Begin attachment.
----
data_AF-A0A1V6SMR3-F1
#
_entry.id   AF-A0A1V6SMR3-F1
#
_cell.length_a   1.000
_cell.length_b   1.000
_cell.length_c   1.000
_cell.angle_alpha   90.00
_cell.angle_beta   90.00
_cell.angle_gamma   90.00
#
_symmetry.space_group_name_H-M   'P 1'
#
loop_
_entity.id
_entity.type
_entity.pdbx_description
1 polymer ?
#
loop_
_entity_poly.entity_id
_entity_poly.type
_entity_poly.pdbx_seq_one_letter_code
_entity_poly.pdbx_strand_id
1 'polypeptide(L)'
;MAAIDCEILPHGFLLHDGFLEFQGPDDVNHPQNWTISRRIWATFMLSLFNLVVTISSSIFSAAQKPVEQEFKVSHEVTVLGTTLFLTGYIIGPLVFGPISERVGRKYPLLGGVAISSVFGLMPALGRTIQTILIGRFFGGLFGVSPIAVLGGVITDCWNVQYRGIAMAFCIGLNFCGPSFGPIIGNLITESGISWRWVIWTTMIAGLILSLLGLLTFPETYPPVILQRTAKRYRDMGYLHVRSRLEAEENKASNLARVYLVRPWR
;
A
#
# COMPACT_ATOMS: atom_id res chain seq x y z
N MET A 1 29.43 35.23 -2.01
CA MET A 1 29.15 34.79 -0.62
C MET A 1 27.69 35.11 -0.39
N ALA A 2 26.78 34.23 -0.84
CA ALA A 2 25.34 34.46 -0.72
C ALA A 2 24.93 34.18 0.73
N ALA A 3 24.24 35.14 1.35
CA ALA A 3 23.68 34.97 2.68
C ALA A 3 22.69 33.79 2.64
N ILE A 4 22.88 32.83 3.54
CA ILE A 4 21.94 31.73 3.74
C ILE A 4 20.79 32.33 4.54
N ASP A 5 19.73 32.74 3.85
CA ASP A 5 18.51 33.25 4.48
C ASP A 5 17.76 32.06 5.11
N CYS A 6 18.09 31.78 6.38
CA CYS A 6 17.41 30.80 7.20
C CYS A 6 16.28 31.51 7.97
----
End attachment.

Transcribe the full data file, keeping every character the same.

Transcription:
data_AF-A0A1V6SMR3-F1
#
_entry.id   AF-A0A1V6SMR3-F1
#
_cell.length_a   1.000
_cell.length_b   1.000
_cell.length_c   1.000
_cell.angle_alpha   90.00
_cell.angle_beta   90.00
_cell.angle_gamma   90.00
#
_symmetry.space_group_name_H-M   'P 1'
#
loop_
_entity.id
_entity.type
_entity.pdbx_description
1 polymer ?
#
loop_
_entity_poly.entity_id
_entity_poly.type
_entity_poly.pdbx_seq_one_letter_code
_entity_poly.pdbx_strand_id
1 'polypeptide(L)'
;MAAIDCEILPHGFLLHDGFLEFQGPDDVNHPQNWTISRRIWATFMLSLFNLVVTISSSIFSAAQKPVEQEFKVSHEVTVLGTTLFLTGYIIGPLVFGPISERVGRKYPLLGGVAISSVFGLMPALGRTIQTILIGRFFGGLFGVSPIAVLGGVITDCWNVQYRGIAMAFCIGLNFCGPSFGPIIGNLITESGISWRWVIWTTMIAGLILSLLGLLTFPETYPPVILQRTAKRYRDMGYLHVRSRLEAEENKASNLARVYLVRPWR
;
A
#
# COMPACT_ATOMS: atom_id res chain seq x y z
N MET A 1 29.43 35.23 -2.01
CA MET A 1 29.15 34.79 -0.62
C MET A 1 27.69 35.11 -0.39
N ALA A 2 26.78 34.23 -0.84
CA ALA A 2 25.34 34.46 -0.72
C ALA A 2 24.93 34.18 0.73
N ALA A 3 24.24 35.14 1.35
CA ALA A 3 23.68 34.97 2.68
C ALA A 3 22.69 33.79 2.64
N ILE A 4 22.88 32.83 3.54
CA ILE A 4 21.94 31.73 3.74
C ILE A 4 20.79 32.33 4.54
N ASP A 5 19.73 32.74 3.85
CA ASP A 5 18.51 33.25 4.48
C ASP A 5 17.76 32.06 5.11
N CYS A 6 18.09 31.78 6.38
CA CYS A 6 17.41 30.80 7.20
C CYS A 6 16.28 31.51 7.97